If you’ve been paying attention, you know the importance of team building in today’s real estate environment. Where you’re going is always largely determined by who you’re going with, so no matter what role you’re hiring for, the people you choose matter.
Whether you’re currently a team leader or looking to make those first hires, I want to help. Here are five qualities that you want to look for in each and every person you hire, regardless of the position.
By this, I mean receptivity. It’s been said that a lot of geniuses fail in business because they simply aren’t open to criticism or adapting to new systems. There are three things to look for in order to determine this:
- Their motivation for applying
- An open mindset
- A sense of appreciation
Motivation for Joining Your Team
Start your questions off with asking, “Why are you interested in joining our team?” or “What got you into real estate?” The biggest red flag someone can give you is, “Someone told me I should.”
I’ve learned that it doesn’t matter how good of a coach you are if someone doesn’t come to you for the right reasons. It only works if they really want it.
An Open Mindset
How can you test someone’s coachability in an interview? Try roleplaying. Even if it’s a roleplay other than something sales related, try catching them off guard and see how they respond. Remind them that this is just play, run some scenarios with them, offer your honest feedback and see how they respond. Do they respond with questions or defenses?
You can tell when someone appreciates an opportunity. If they approach every interaction with an air of gratitude instead of entitlement, they’ll be grateful for the wisdom you have to offer instead of indignant to the suggestions.
This actually isn’t that much different than coachability, because it’s all about an open mindset. To further establish an open mindset, you can look for two things:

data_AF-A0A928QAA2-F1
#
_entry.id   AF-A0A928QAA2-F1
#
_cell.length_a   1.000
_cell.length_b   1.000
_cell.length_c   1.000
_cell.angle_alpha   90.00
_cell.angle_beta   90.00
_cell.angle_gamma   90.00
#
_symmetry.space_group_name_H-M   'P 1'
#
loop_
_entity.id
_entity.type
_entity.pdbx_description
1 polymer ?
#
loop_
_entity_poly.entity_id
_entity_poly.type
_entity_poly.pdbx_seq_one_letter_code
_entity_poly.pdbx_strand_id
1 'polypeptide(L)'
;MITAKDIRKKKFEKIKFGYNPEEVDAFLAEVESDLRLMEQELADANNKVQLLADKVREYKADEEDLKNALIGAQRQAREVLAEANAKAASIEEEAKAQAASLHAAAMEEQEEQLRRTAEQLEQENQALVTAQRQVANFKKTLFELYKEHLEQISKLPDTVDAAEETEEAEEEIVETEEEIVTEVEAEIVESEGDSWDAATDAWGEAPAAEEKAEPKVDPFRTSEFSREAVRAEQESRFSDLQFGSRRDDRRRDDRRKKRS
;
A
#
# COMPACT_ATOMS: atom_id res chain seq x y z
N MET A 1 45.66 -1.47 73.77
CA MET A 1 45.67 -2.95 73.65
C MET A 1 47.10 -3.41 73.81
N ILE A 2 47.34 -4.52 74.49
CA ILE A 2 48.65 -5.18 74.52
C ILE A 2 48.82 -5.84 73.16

- Empathy – the ability to emotionally understand an experience from another person’s point of view
- Passion – the desire and energy to turn productive curiosity into action
A curious person will be interested in how others are relating to a situation, whether they are a client, a team member, or a superior. You want someone who is able to access this part of themselves so that they can improve all their interactions. This is especially important for sales roles, as it will boost your reviews, repeat clients, and overall reputation. Remember, a curious person is interested in more than their own gain.
This is the ability to act on your curiosity. Steve Jobs was constantly tinkering with little objects, rubik’s cubes, puzzles, and pieces of technology because he wanted to understand how things worked. He had a passion for understanding systems so that he could improve them.
In the interview, ask about problems that they’ve solved creatively, but also ask what they do in their free time. A curious person will likely be passionate about art, cultivating skills, or developing their mind. It’s about having a thirst for knowledge and an inclination towards creative thinking. Because curious people aren’t stuck in their ways.